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People v. Boomer

September 28, 2001

THE PEOPLE OF THE STATE OF ILLINOIS, PLAINTIFF-APPELLANT,
v.
RONALD A. BOOMER, DEFENDANT-APPELLEE.



Appeal from the Circuit Court of De Kalb County. No. 99--DT--365, 99--DT--414, 99--TR--15028 Honorable James Donnelly, Judge, Presiding.

The opinion of the court was delivered by: Justice McLAREN

UNPUBLISHED

Defendant, Ronald A. Boomer, was charged by complaint in the circuit court of De Kalb County with driving under the influence of alcohol or the combined influence of alcohol and another substance or substances (DUI) (625 ILCS 5/11--501(a)(2), (a)(5) (West Supp. 1999)) and improper lane usage (625 ILCS 5/11--709 (West 1998)). Defendant moved to quash his arrest and to suppress evidence on the basis that probable cause for the arrest was absent. The trial court granted the motion and the State brought this appeal. We affirm.

The following evidence was introduced during the hearing on defendant's motion to quash. Brad Carls, a deputy with the De Kalb County sheriff's police department, testified that on September 16, 1999, at about 11:20 p.m., he was dispatched to an accident scene on Glidden Road just north of Route 64. Once there, he found defendant lying on his back in a ditch about 15 feet from a motorcycle. Defendant had suffered a severe injury to his mouth and was trying to communicate by blinking. When he attempted to speak, his words were muffled. Deputy Carls detected a strong odor of alcohol emanating from defendant.

Defendant was taken by ambulance to a nearby hospital. Deputy Carls initially remained at the scene of the accident and briefly interviewed a witness who indicated that while driving southbound on Glidden Road she observed "sparking" in front of her vehicle. She was unsure what the sparking was. Deputy Carls proceeded to the hospital, arriving at about 11:45 p.m. At that time defendant was being treated in the emergency room. Deputy Carls asked defendant if he had been drinking, and defendant nodded affirmatively. Deputy Carls proceeded to warn defendant in accordance with section 11--501.1(c) of the Illinois Vehicle Code (Code) (625 ILCS 5/11--501.1(c) (West Supp. 1999)). While Deputy Carls was doing so, defendant became unresponsive, at which point Deputy Carls requested that the attending medical personnel draw defendant's blood for testing. Deputy Carls issued tickets for improper lane usage and for DUI in violation of section 11--501(a)(2) of the Code (625 ILCS 5/11--501(a)(2) (West Supp. 1999)). Deputy Carls also issued an "I Bond" which he left, along with the tickets, among defendant's possessions.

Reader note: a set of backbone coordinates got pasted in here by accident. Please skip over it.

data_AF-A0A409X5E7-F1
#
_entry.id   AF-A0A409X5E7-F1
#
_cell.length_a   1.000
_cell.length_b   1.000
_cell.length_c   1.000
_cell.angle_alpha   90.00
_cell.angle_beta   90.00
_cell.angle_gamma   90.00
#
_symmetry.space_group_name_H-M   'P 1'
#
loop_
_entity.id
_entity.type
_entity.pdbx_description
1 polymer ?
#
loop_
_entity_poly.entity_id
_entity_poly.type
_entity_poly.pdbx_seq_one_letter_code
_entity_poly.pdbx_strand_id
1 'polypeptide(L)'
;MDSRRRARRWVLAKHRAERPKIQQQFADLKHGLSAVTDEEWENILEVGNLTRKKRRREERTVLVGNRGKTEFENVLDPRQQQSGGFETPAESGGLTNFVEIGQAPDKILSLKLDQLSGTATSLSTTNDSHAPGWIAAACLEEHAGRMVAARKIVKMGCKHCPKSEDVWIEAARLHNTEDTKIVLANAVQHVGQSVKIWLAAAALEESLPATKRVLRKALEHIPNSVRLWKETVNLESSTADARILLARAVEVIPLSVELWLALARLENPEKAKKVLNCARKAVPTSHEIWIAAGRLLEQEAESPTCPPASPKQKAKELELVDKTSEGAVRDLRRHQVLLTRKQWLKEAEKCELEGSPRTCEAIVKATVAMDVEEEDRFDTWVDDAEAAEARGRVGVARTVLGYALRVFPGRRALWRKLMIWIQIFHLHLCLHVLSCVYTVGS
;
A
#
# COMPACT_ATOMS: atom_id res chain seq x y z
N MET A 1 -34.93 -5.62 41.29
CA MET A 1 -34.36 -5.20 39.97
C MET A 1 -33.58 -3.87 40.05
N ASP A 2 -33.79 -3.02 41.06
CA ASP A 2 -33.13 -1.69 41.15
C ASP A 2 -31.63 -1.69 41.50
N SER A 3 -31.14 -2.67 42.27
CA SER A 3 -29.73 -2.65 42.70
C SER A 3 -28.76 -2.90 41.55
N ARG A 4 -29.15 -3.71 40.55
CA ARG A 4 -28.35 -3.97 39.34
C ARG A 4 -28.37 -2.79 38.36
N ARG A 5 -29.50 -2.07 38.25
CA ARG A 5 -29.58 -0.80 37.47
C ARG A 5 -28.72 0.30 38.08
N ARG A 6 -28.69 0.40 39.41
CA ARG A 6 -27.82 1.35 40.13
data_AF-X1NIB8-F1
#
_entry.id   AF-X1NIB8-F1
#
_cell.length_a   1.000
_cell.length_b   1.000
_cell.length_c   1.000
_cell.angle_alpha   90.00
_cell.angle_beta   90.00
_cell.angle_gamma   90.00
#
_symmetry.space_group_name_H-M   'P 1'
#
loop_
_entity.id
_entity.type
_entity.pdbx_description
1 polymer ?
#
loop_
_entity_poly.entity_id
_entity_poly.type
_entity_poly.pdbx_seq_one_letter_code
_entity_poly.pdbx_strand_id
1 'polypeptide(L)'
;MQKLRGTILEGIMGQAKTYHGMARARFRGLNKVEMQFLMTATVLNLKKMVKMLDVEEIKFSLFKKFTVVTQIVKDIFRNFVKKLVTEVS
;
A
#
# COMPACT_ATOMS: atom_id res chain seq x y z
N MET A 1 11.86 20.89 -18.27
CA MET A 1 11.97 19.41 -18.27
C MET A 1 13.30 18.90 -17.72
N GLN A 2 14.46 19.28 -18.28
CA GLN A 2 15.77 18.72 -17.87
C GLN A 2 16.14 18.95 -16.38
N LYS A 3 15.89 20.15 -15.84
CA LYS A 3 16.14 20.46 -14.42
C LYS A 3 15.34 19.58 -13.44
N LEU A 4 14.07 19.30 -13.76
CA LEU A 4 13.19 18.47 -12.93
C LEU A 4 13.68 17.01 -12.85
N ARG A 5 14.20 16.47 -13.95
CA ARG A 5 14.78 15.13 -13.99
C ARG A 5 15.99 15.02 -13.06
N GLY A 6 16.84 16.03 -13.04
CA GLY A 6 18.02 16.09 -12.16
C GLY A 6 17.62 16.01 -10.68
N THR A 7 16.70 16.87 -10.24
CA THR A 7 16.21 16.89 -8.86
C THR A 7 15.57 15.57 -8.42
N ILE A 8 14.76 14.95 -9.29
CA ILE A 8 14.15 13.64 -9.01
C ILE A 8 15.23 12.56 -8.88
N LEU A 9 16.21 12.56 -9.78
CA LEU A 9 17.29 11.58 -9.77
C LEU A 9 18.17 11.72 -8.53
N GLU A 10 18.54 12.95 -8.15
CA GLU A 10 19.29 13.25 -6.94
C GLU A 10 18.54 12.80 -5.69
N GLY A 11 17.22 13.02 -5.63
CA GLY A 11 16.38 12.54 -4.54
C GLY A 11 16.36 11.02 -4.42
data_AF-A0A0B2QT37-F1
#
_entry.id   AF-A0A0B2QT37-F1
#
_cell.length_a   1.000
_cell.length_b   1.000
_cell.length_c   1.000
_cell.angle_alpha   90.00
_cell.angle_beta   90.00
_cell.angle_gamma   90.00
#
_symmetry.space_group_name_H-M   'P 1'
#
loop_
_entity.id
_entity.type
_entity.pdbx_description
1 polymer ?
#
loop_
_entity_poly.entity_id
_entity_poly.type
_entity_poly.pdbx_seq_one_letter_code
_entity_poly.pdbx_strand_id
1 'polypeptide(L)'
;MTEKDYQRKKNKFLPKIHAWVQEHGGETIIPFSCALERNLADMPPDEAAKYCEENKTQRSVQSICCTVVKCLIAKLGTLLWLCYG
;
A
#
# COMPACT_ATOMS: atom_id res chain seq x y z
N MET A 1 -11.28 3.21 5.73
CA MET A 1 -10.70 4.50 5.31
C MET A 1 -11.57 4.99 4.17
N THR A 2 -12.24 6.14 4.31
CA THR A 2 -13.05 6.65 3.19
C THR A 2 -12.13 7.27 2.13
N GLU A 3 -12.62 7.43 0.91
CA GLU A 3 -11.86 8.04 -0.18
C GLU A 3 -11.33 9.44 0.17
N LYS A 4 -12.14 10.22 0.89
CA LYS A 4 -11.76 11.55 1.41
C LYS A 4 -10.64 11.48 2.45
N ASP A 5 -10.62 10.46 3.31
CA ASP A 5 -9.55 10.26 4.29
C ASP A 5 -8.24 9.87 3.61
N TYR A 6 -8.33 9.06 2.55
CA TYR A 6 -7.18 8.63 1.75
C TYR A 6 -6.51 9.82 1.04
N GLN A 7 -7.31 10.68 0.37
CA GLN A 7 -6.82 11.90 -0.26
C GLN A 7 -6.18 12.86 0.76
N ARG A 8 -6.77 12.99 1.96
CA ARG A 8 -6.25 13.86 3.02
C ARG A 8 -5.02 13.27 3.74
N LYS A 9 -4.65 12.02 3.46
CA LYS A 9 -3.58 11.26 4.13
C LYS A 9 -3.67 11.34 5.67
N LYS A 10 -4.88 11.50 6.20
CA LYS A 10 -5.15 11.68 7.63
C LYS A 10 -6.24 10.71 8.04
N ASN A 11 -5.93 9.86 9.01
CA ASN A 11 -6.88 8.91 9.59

Deputy Carls returned to the hospital the next day and asked defendant questions about the accident after advising him of his Miranda rights. On October 7, 1999, after receiving the results of the blood test, Deputy Carls issued another ticket for DUI charging a violation of section 11--501(a)(5) of the Code, which prohibits driving "under the combined influence of alcohol, other drug or drugs, or intoxicating compound or compounds." 625 ILCS 5/11--501(a)(5) (West Supp. 1999).

Following the presentation of this evidence, the trial court ruled from the bench as follows:

"My finding is that this officer, at the time he arrested this Defendant for the first charge of DUI, did not have probable cause.